A commemorative postage stamp on the Birth Centenary of Helen Adams Keller, an American author, political activist and lecturer, first deaf-blind person to earn a Bachelor of Arts degree :
Issued by India
Issued on Jun 27, 1980
Issued for : The Indian Posts and Telegraphs Department feels privileged to issue a special stamp in her honour.
Description of Designs : The stamp depicts a sketch of Helen Keller.
The First Day Cover designed by M.K. Bardhan depicts an artists impression of the determination of visually handicapped person to make useful contribution to the Society with the help of his physical and mental abilities.
Type : Stamp, Postal Used
Colour : Orange and Black
Denomination : 30 Paise
Overall size : 3.91 x 2.90 cms.
Printing size : 3.55 x 2.54 cms.
Perforation : 13 x 13
Watermark : Printed on unwater–marked adhesive stamp paper
Number printed : 20,000,000
Number per issue sheet : 35
Printing process : Photogravure
Designed and printed at : India Security Press
Name : Helen Adams Keller
Born on Jun 27, 1880 at Tuscumbia, Alabama, United States
Died on Jun 1, 1968 at Easton, Connecticut, United States
- “She will live on, one of the few, the immortal names not born to die. Her spirit will endure as long as man can read and stories can be told of woman who showed the world there are no boundaries to courage and faith.” – Senator Lister Hill.
- Helen Adams Keller was born in Tuscambia, Alabama (USA) on 27 June 1880 in a white frame cottage called “Ivy Green”. Her father, Arthur Keller was the editor of a newspaper, North Alabamian and was an influential figure in his own community.
- The illness that struck her when she was only 18 months old left her deaf, blind and mute. As she grew from infancy into childhood, she was wild, unruly and with little understanding of the world around her. Helen’s real life began on a March day in 1887 when Anne Mansfield Sullivan, a 20 year old graduate of the Perkins School for the Blind, came to Tuscambia to be her teacher through the sympathetic interest of the renowned scientist and inventor, Alexander Graham Bell. How Anne Sullivan succeeded in awakening Helen’s marvellous mind is familiar to the world through Helen’s autobiography, The Story of My Life.
- In 1898 she entered the Cambridge School for Young Ladies to prepare for Radcliffe College, which she joined in 1900. She received her bachelor of arts degree with distinction in 1904. Though her formal schooling ended with her graduation, but she kept up a life-long interest in scholastic and intellectual pursuits. In recognition of wide and many scholarly achievements, she received honorary doctoral degrees from Harvard University, Delhi University, Temple University and from the Universities of Glasgow, Berlin and Witwatersrand (Johannesburg).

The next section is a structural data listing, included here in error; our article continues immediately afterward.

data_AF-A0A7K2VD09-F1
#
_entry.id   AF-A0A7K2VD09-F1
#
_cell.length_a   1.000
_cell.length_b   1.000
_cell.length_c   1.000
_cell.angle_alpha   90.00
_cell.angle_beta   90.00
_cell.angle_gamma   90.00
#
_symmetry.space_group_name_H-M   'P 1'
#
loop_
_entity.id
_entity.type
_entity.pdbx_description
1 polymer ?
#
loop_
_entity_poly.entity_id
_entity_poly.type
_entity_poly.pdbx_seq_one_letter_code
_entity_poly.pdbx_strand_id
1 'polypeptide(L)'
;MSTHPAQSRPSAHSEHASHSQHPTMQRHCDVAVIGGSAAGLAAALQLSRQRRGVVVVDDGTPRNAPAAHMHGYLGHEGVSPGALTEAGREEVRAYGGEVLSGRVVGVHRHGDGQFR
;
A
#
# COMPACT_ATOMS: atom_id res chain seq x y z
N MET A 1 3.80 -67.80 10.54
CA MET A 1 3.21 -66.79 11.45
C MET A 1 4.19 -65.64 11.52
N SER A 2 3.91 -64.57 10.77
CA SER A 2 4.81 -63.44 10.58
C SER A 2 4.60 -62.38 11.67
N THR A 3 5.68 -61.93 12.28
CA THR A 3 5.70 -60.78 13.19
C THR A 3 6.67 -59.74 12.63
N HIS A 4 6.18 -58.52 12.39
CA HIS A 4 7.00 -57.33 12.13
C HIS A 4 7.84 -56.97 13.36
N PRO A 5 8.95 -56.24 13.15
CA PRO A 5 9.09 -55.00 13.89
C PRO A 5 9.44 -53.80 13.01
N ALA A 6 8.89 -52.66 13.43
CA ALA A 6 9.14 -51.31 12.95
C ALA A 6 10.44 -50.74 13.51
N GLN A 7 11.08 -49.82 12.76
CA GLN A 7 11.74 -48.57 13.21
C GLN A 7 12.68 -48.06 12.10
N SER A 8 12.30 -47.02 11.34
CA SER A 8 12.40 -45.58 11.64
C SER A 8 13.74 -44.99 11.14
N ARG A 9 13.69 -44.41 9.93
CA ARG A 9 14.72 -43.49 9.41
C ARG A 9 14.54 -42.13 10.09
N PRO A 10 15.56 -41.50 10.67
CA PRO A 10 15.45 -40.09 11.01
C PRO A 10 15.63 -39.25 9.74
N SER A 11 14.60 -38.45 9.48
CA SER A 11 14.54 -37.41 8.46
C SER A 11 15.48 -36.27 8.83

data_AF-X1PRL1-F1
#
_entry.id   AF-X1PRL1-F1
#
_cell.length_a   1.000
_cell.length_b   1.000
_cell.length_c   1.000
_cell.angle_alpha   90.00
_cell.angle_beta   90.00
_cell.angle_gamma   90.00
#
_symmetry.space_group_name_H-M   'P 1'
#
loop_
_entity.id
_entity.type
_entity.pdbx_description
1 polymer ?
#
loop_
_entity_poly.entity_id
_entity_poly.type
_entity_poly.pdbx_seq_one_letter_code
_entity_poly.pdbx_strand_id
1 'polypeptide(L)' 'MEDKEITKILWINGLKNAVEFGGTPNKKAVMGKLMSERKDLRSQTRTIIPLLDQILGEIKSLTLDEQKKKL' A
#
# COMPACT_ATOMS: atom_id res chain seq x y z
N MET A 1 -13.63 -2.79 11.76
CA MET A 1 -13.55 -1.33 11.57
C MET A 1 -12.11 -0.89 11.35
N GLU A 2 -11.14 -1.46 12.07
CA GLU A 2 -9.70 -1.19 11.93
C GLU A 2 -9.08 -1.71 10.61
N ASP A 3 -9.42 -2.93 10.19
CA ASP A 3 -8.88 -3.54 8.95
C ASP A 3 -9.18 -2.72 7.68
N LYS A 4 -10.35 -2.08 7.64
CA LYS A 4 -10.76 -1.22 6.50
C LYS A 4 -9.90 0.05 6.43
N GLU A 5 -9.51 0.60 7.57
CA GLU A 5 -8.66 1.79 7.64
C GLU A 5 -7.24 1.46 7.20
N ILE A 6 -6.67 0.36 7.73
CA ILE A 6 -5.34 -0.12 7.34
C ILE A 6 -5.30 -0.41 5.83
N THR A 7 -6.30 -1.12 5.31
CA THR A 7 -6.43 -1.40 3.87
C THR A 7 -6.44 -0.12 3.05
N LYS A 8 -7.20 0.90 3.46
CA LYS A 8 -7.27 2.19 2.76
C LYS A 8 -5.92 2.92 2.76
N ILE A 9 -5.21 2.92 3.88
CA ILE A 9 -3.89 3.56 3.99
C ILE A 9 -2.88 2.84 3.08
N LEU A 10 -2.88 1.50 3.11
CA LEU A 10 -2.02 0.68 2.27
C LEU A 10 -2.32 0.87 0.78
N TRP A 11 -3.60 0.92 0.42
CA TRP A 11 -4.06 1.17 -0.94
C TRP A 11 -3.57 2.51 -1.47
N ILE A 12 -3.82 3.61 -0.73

- Helen Keller’s writing career started during her Radcliffe College days and continued unabated for 50 years. She is author of many books. She frequently contributed to magazines and newspapers, writing prolifically on blindness, deafness, social issues and women’s rights. During her lifetime she received numerous awards of great distinction including the U.S. Presidential Medal of Freedom and the French Legion of Honour. In 1965, she was one of 20 elected to the Women’s Hall of Fame at the New York World’s Fair. Earlier in 1954 her birth place, ‘Ivy Green’ in Tuscambia was made a permanent shrine.
- In spite of her wide-ranging interests, Helen Keller never lost sight of the needs of her fellow blind and deaf-blind and relently strove to help them by appearing before legislatures, giving lectures, writing articles and, above all, by her own example of what a severely handicapped person can accomplish. Many world figures were known to her and some among them Alexander Graham Bell, Mark Twain, and William James were her personal friends. During one of her globe-girdling tours in 1955, she visited India and met Jawaharlal Nehru. She died on June 1, 1968 at Arcan Ridge, a few weeks short of her 88th Birthday.